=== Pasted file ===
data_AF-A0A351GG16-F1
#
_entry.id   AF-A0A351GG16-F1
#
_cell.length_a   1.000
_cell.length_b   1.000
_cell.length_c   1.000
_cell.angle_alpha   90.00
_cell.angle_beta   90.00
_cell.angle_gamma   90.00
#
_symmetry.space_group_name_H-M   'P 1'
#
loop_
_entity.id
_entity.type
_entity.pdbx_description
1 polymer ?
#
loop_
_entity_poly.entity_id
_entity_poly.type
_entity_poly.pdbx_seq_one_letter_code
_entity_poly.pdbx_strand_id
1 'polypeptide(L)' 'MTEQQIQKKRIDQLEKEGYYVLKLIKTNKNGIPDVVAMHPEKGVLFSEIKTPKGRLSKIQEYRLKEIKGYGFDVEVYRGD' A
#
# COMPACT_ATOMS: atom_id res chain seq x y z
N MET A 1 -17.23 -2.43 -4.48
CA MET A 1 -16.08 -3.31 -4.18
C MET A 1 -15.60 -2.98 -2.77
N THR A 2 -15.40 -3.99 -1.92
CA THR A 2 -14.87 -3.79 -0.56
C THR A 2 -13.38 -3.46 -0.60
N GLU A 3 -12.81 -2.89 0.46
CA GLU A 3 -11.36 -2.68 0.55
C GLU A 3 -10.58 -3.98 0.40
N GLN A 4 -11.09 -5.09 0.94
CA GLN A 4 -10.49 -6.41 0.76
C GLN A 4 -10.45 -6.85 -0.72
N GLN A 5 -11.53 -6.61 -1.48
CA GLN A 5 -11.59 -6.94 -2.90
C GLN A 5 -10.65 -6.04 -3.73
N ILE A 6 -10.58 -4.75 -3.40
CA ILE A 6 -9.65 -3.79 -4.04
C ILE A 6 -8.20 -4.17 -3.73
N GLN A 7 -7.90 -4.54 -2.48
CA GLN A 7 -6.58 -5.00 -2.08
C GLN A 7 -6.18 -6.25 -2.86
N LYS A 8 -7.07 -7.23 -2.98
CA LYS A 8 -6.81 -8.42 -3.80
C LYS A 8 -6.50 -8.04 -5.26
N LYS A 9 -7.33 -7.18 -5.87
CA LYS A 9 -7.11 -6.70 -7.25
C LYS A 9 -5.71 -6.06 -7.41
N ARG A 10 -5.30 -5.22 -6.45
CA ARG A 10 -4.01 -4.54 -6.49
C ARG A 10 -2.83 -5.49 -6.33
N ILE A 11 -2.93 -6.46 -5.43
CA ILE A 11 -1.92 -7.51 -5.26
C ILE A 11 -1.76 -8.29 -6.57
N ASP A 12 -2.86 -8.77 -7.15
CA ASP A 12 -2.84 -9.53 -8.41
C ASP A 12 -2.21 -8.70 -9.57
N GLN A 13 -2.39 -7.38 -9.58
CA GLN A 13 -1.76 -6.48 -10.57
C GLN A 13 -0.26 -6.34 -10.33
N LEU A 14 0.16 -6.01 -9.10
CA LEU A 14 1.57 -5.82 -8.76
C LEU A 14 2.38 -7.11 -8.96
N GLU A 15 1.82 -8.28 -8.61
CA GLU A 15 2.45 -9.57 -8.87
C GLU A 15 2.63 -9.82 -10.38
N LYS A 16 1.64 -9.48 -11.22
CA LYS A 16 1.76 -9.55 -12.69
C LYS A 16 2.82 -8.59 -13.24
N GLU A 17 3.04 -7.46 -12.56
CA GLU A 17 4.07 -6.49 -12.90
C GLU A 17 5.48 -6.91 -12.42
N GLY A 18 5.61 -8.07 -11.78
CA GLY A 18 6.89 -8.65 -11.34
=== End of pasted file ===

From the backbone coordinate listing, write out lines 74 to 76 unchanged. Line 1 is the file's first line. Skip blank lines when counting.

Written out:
CA LYS A 16 1.76 -9.55 -12.69
C LYS A 16 2.82 -8.59 -13.24
N GLU A 17 3.04 -7.46 -12.56